The ancient families of Venice are the most pure noblesse in Italy, and that idea, together with their natural spirit and extraordinary situation, will produce many brave and gallant soldiers among them, whenever a good cause calls them into the field—. I Have been to see the Doge's palace, and the church in the Piazza San Marco, both Gothic, and what is very shocking to the eye, the fine bronze horses brought from Constantinople are perched over the door of the church.
Books will inform you more minutely than I can of the pictures to be seen in Venice. But I never stay long, for they read English in my looks; and their love for any thing of that nation is so great, that they will come from the other end of the Piazza to look at an English woman—. There are two fine lions at the door of the Arsenal, in marble, brought from the entrance of the Piraean port: it is a pity I cannot make them speak, they might tell me many things I want to know about Athens—.
The Russian minister's wife is Madame de —'s daughter, a very young, and very amiable modest woman.
The Russian Minister's wife often talks to me of Stowe in raptures, though she was quite a child when she passed some days there—. Emo's floating batteries are much spoken of here; I understand they were five hours and a half before the forts of Golleta; so I have desired a receipt to make them, and I have it as exactly to be copied as any receipt to make a good pye; I shall give it to G. I shall write from thence, I hope soon; as I do not mean to proceed in a retrograde motion—so with all kind wishes to your fire-side—.
I Came, as I told you I was advised, by a new road; but I should imagine from the difficulties I met with it was the worst. I set out from Venice on the 30th of last month, going by water to Mestre, where my coach and horses met me. I meant that night to have slept at Mr. Her sister too, an infant of five years of age, played and sung her part afterwards wonderfully for her years—. The next day I passed the Taillamanta, a river which had torn and washed away the road for nine miles before I came to it; so I travelled in a bed of gravel, every now and then jumping into and out of a little ditch formed by the different torrents.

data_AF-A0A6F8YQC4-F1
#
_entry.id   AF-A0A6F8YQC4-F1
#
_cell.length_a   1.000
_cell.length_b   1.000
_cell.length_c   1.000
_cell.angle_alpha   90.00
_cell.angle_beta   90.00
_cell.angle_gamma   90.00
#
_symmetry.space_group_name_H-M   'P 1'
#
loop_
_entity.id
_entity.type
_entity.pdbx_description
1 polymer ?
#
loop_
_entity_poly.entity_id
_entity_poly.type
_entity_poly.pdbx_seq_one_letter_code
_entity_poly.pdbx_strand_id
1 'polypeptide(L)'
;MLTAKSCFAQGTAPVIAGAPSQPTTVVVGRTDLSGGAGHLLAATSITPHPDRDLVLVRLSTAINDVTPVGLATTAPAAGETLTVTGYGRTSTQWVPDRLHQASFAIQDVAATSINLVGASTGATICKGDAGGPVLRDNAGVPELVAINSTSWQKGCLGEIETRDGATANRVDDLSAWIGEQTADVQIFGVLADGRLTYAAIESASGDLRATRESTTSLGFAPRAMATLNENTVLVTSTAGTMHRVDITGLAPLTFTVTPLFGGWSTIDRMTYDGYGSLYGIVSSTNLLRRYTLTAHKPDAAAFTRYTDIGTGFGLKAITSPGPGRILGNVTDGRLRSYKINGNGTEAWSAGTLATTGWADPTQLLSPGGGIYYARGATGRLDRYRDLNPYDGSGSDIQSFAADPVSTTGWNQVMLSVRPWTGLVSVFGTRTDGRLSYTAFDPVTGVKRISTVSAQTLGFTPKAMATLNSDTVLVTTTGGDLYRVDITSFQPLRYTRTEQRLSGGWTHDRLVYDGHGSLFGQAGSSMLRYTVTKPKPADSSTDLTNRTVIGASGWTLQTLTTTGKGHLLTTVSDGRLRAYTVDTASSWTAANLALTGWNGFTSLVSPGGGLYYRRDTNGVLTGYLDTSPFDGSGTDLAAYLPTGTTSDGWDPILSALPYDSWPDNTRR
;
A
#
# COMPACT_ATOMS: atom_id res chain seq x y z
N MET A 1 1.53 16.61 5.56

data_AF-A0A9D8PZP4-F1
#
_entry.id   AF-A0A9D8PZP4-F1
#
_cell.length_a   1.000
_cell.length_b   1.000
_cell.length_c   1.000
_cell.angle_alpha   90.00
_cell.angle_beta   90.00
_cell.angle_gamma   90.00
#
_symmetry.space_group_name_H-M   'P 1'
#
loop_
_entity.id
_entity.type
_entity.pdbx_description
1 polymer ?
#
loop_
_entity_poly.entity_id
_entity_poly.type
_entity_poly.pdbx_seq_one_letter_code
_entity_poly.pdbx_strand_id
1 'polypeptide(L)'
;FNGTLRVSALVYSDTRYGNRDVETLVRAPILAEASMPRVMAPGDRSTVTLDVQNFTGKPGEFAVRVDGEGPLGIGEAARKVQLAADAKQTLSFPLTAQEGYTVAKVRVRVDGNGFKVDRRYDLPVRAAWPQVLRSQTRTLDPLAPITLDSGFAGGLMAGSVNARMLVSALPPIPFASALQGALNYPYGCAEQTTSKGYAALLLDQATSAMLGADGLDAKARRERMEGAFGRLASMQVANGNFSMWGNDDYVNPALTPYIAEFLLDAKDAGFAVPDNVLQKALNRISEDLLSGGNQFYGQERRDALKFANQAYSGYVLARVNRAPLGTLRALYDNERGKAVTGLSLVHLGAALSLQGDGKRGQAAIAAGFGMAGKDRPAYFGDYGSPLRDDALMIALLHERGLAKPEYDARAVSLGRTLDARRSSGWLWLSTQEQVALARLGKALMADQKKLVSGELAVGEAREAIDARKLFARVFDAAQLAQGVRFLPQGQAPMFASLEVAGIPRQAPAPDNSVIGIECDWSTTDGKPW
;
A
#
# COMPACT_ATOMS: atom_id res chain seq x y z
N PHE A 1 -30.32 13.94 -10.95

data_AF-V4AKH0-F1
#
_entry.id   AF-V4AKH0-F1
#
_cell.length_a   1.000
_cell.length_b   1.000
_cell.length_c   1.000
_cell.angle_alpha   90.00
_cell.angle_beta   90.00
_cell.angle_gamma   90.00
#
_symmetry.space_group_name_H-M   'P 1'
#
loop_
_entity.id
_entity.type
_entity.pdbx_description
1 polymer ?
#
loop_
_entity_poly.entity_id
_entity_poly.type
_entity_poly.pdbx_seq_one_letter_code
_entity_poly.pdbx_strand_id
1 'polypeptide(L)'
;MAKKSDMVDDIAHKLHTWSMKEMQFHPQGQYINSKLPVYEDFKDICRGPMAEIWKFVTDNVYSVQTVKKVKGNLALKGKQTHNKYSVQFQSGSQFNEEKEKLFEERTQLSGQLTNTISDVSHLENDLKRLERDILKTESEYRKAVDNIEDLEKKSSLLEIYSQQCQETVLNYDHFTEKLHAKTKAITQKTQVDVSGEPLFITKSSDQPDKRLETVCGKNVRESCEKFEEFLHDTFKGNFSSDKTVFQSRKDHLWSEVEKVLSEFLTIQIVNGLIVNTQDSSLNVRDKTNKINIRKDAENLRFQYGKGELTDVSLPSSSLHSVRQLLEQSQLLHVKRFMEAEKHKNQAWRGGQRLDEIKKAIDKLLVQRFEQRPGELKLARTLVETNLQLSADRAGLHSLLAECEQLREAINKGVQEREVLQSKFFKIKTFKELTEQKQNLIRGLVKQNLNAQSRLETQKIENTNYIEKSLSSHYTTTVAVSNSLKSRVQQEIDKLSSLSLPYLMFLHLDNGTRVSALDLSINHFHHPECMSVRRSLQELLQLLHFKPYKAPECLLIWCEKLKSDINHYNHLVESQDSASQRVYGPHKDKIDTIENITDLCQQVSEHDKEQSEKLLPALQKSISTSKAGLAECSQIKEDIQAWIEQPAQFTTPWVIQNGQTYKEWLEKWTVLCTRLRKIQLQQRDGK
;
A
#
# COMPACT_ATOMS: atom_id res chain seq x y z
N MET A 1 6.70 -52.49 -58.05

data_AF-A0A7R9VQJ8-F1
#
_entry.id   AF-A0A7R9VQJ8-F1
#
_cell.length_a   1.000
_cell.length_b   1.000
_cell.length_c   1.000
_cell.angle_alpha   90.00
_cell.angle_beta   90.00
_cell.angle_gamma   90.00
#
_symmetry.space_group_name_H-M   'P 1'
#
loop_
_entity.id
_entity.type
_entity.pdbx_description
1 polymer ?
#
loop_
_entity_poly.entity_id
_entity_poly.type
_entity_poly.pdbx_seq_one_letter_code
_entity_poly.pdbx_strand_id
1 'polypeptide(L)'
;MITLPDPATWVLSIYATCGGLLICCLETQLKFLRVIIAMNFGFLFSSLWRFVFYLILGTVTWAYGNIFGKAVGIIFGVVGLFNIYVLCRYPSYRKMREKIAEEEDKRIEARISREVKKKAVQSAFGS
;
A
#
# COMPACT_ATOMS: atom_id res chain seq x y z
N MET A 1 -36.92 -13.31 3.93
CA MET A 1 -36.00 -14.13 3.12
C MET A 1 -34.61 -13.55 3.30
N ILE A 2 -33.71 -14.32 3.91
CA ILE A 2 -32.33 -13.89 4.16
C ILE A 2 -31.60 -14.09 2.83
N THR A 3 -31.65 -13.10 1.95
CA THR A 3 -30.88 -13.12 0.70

The river was frightful to pass. It is so narrow, that I think it the most dangerous I ever went, nothing between the precipice and the carriage to prevent an accident. It would be well worth any person's while, who is as fond of the beauties of nature as I am, to ride along this road. The views are romantic and majestic beyond description—. At one place, tired of the snail-like pace I went, I hired a traineau of a peasant, and went on before my carriage.
When I recollect the scene of these three fat men playing at cards, their figures, and all I said in Italian to persuade the man and his patienza I could die with laughing; however, in about an hour, an officer came in, who looking at me some time, said, Parles vous Francais? I am arrived here at last, through a very beautiful country; but must observe, that whoever wrote L. M—'s Letters for she never wrote a line of them misrepresents things most terribly; I do really believe, in most things they wished to impose upon the credulity of their readers, and laugh at them.
The stoves of this country, which she praises so much, are the most horrid invention you can conceive. I do not believe the German women, of the lower order, are very gentle tempers; for several of them flew into the most violent passions, when I opened a door or window, and shut them again immediately.
I think things must be very much altered since that lady or gentleman wrote about Vienna. I have seen no place yet I should so much wish my son to come to as Vienna. The presentation at court is very different from our's; but I have not time to say more at present, than that I remain. I cannot help adding, that the questions asked travellers by the guards at the frontier towns are most ridiculous—are you married or not?